“Of Numbers’ Use, the Endless Might”: Research at the Intersection of History and Mathematics
On the surface of things, no two disciplines have less in common than history and mathematics. One is a textually-based discipline that seeks to understand the peoples and cultures of our past. The other is a numerically-based discipline that focuses on logically proving abstract conjectures. Yet not only do mathematics have a history of their own, but they also have made important contributions to the broader study of human history. Together with the audience, the panelists will discuss the ways in which history and mathematics can fruitfully engage with each other in historical research.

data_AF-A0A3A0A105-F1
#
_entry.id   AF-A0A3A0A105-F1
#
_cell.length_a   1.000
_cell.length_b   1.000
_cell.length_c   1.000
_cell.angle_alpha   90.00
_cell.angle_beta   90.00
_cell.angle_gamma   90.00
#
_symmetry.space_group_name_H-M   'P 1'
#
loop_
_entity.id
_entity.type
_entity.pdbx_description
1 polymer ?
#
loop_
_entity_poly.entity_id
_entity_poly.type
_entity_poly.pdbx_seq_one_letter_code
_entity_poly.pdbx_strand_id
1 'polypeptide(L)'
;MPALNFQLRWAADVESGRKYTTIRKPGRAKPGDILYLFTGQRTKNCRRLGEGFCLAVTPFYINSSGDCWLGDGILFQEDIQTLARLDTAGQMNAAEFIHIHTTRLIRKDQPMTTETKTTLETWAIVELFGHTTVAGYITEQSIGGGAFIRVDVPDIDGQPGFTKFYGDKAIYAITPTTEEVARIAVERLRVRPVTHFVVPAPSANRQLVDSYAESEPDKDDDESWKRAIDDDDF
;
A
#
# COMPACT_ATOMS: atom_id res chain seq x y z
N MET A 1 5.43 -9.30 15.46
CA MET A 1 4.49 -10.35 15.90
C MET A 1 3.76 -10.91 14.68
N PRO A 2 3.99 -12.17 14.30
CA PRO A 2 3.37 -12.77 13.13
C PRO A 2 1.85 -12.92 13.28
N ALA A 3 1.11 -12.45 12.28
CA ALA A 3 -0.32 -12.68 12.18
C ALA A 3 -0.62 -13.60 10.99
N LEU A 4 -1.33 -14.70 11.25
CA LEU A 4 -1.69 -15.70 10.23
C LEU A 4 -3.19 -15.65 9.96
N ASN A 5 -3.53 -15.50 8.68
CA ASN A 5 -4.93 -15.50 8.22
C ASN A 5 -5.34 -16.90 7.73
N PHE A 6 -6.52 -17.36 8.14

Mordechai Levy-Eichel will explore the current disjunction between the history of mathematics and intellectual history, and argue for the need to reintegrate them. Stephanie Dick will examine the early history of computing in order to demonstrate the significance of material culture in the history of mathematics. Lastly, Christopher J. Phillips will analyze the late twentieth-century "cliometric revolution" in order to explore the position of both mathematics in history and history in mathematics.